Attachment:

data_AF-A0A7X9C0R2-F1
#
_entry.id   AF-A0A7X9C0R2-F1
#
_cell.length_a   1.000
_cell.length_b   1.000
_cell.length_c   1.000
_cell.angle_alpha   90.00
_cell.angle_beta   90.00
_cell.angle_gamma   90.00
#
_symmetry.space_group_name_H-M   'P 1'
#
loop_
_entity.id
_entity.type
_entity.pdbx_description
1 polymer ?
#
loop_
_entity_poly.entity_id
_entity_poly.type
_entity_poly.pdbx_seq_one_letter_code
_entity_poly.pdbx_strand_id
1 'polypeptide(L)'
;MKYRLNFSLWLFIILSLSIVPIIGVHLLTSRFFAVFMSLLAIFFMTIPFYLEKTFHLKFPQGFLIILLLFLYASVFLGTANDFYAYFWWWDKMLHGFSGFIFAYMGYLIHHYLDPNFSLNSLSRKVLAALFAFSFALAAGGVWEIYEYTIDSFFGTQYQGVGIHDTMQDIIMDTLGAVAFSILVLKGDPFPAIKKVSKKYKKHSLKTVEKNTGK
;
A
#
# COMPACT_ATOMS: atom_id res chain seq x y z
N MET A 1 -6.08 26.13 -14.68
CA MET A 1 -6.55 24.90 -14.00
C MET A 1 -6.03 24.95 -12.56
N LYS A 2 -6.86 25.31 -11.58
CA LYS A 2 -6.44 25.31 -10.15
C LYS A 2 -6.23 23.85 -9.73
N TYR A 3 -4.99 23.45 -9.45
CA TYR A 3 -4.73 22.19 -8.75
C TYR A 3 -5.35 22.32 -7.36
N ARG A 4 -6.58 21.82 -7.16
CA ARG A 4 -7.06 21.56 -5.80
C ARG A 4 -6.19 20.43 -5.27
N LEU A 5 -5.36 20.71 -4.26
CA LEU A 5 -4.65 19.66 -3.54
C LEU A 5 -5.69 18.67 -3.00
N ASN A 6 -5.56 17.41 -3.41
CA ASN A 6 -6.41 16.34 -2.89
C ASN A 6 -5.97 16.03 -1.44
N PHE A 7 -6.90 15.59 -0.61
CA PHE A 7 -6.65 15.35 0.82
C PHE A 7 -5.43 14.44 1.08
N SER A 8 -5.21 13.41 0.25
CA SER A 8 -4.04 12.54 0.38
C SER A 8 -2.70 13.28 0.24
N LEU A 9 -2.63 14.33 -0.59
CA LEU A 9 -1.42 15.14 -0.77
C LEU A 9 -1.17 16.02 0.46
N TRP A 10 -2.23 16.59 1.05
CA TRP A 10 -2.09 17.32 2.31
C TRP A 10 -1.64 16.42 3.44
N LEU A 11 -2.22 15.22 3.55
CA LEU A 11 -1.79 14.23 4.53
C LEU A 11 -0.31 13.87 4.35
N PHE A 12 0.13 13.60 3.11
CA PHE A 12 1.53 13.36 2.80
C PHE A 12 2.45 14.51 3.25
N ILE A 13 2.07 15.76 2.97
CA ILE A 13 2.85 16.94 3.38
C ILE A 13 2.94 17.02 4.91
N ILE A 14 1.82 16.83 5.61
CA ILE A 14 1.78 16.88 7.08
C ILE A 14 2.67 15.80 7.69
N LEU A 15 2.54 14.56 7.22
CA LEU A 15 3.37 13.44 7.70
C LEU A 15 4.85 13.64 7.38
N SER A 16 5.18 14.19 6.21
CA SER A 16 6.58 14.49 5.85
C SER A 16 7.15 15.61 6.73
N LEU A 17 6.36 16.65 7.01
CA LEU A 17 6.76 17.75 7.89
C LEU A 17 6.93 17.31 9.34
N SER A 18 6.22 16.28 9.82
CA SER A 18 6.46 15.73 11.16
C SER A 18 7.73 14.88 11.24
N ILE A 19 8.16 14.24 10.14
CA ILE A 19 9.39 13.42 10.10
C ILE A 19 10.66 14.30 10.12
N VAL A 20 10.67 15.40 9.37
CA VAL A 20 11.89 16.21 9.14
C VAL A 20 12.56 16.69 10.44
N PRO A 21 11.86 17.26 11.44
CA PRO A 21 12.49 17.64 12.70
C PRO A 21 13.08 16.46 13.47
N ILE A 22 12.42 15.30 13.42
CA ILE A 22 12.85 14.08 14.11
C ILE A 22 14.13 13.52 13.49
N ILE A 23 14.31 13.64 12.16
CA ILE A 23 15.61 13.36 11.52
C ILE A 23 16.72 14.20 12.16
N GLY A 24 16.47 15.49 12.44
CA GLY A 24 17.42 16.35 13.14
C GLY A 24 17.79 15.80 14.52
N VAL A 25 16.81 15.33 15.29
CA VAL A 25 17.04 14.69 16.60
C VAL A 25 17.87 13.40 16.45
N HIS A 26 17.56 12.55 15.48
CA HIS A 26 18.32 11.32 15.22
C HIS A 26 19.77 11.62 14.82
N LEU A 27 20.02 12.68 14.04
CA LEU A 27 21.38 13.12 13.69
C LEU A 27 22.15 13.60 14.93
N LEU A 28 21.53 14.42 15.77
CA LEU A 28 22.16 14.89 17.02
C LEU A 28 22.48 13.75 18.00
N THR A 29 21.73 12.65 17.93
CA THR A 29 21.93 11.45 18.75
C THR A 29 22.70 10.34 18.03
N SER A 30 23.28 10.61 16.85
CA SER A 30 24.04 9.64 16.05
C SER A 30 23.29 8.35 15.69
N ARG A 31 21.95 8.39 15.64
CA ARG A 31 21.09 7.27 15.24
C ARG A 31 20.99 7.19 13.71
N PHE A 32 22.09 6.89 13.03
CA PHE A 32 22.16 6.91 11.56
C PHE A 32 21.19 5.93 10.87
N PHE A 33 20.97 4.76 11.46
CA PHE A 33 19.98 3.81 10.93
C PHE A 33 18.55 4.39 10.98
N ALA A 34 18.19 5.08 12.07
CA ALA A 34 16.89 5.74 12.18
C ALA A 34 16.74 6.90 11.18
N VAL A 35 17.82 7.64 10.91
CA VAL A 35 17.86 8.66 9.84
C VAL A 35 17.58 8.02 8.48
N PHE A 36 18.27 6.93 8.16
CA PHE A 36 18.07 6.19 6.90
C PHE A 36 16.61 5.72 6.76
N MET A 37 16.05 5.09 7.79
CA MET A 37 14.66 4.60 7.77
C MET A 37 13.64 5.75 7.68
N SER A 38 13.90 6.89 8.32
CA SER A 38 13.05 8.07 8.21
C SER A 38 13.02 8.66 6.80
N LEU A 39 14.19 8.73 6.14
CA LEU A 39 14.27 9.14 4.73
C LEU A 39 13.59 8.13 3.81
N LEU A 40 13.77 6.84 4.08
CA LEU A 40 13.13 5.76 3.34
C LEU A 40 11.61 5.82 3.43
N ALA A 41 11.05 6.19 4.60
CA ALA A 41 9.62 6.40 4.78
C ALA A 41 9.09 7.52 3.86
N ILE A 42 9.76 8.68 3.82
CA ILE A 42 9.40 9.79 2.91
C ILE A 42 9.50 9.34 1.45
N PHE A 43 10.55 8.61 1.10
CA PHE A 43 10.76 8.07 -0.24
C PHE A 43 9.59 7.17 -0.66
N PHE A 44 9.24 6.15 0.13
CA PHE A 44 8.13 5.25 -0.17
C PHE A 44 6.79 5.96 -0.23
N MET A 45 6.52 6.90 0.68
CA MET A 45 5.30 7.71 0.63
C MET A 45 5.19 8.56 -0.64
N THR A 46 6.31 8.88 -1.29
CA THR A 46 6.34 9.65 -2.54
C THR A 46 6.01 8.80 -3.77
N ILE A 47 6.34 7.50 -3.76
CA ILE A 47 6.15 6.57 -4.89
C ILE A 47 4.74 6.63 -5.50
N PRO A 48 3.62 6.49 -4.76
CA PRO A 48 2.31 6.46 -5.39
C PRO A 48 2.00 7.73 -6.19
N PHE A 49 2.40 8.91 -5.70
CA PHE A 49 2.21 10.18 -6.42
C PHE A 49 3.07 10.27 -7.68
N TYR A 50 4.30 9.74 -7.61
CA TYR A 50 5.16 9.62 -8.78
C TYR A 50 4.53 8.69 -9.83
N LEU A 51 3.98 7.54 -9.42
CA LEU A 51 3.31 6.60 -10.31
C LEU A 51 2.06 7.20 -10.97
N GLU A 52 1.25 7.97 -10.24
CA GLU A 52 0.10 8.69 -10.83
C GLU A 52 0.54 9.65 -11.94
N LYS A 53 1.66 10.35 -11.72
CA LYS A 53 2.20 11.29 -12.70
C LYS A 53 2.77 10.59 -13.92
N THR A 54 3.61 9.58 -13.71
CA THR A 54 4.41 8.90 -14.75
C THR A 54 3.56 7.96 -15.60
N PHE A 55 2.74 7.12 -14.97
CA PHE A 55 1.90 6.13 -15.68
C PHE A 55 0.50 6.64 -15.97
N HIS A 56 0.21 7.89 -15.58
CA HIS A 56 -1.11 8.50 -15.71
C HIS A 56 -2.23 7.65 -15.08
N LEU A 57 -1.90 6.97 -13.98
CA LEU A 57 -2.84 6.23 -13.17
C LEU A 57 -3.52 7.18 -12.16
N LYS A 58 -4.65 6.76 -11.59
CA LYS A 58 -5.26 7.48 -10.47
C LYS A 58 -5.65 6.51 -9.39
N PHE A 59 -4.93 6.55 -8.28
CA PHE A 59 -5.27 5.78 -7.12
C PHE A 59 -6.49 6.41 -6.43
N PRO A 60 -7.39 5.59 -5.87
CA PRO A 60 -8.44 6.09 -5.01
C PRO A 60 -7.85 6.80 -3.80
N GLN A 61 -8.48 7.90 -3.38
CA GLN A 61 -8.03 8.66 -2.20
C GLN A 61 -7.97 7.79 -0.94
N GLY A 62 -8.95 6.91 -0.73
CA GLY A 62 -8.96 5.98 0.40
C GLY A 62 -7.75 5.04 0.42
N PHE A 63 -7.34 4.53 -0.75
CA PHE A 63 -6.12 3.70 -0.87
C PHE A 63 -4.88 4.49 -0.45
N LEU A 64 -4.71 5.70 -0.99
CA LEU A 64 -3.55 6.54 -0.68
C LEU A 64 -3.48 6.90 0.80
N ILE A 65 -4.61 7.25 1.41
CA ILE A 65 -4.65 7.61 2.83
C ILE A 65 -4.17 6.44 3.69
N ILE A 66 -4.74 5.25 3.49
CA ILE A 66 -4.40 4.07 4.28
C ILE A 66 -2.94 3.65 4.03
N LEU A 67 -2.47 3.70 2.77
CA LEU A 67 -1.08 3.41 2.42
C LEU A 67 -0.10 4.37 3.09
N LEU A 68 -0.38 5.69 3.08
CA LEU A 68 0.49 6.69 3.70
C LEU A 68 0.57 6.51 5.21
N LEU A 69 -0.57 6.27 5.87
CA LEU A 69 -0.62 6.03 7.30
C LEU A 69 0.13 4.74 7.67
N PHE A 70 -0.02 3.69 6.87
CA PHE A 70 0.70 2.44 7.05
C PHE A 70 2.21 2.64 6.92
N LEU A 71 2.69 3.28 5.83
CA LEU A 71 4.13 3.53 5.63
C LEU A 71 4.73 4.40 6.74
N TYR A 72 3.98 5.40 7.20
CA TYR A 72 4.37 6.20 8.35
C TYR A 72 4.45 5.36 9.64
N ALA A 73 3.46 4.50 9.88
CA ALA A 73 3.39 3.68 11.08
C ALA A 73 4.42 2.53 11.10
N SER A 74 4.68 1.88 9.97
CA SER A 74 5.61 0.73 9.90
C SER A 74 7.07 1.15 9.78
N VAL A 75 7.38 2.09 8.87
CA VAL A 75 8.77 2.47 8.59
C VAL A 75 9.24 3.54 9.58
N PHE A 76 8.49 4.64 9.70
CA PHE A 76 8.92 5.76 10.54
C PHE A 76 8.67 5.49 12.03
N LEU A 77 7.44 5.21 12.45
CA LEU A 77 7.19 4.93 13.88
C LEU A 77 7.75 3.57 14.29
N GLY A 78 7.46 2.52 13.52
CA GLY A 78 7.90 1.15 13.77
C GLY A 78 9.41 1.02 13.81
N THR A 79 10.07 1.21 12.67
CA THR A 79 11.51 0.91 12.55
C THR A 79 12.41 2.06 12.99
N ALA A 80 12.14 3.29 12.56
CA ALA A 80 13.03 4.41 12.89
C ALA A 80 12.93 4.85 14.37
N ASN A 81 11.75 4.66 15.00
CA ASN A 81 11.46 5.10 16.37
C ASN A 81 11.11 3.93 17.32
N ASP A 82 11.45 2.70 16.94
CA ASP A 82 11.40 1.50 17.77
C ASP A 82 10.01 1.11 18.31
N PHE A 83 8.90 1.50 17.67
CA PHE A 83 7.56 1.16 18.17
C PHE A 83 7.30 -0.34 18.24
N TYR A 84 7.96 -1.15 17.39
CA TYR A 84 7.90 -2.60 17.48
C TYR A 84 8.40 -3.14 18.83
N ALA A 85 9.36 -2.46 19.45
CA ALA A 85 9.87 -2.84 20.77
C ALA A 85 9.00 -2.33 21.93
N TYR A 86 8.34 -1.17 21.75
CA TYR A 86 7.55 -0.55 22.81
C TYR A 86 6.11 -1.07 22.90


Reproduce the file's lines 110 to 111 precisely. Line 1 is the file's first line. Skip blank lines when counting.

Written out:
CA LEU A 27 21.38 13.12 13.69
C LEU A 27 22.15 13.60 14.93